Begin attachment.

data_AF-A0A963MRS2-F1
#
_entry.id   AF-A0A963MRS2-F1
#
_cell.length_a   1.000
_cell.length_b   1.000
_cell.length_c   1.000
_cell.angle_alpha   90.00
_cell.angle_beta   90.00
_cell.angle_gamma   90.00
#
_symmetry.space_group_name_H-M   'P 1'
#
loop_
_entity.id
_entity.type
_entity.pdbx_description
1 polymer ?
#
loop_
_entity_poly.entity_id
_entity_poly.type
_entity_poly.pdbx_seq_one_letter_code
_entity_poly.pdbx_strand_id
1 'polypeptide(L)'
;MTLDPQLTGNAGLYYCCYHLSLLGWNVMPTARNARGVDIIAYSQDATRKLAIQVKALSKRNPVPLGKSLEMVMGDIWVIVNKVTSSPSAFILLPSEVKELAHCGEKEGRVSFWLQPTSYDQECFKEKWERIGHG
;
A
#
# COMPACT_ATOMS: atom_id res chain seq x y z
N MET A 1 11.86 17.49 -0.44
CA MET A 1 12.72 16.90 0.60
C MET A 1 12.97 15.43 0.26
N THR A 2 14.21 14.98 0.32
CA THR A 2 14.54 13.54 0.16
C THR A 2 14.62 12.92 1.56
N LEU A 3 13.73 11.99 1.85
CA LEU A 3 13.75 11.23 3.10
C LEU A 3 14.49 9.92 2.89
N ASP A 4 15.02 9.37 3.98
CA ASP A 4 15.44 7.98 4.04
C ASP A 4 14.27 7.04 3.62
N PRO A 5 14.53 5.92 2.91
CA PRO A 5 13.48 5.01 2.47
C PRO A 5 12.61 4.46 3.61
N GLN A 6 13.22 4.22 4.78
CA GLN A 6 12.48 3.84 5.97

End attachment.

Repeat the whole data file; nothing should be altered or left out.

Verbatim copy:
data_AF-A0A963MRS2-F1
#
_entry.id   AF-A0A963MRS2-F1
#
_cell.length_a   1.000
_cell.length_b   1.000
_cell.length_c   1.000
_cell.angle_alpha   90.00
_cell.angle_beta   90.00
_cell.angle_gamma   90.00
#
_symmetry.space_group_name_H-M   'P 1'
#
loop_
_entity.id
_entity.type
_entity.pdbx_description
1 polymer ?
#
loop_
_entity_poly.entity_id
_entity_poly.type
_entity_poly.pdbx_seq_one_letter_code
_entity_poly.pdbx_strand_id
1 'polypeptide(L)'
;MTLDPQLTGNAGLYYCCYHLSLLGWNVMPTARNARGVDIIAYSQDATRKLAIQVKALSKRNPVPLGKSLEMVMGDIWVIVNKVTSSPSAFILLPSEVKELAHCGEKEGRVSFWLQPTSYDQECFKEKWERIGHG
;
A
#
# COMPACT_ATOMS: atom_id res chain seq x y z
N MET A 1 11.86 17.49 -0.44
CA MET A 1 12.72 16.90 0.60
C MET A 1 12.97 15.43 0.26
N THR A 2 14.21 14.98 0.32
CA THR A 2 14.54 13.54 0.16
C THR A 2 14.62 12.92 1.56
N LEU A 3 13.73 11.99 1.85
CA LEU A 3 13.75 11.23 3.10
C LEU A 3 14.49 9.92 2.89
N ASP A 4 15.02 9.37 3.98
CA ASP A 4 15.44 7.98 4.04
C ASP A 4 14.27 7.04 3.62
N PRO A 5 14.53 5.92 2.91
CA PRO A 5 13.48 5.01 2.47
C PRO A 5 12.61 4.46 3.61
N GLN A 6 13.22 4.22 4.78
CA GLN A 6 12.48 3.84 5.97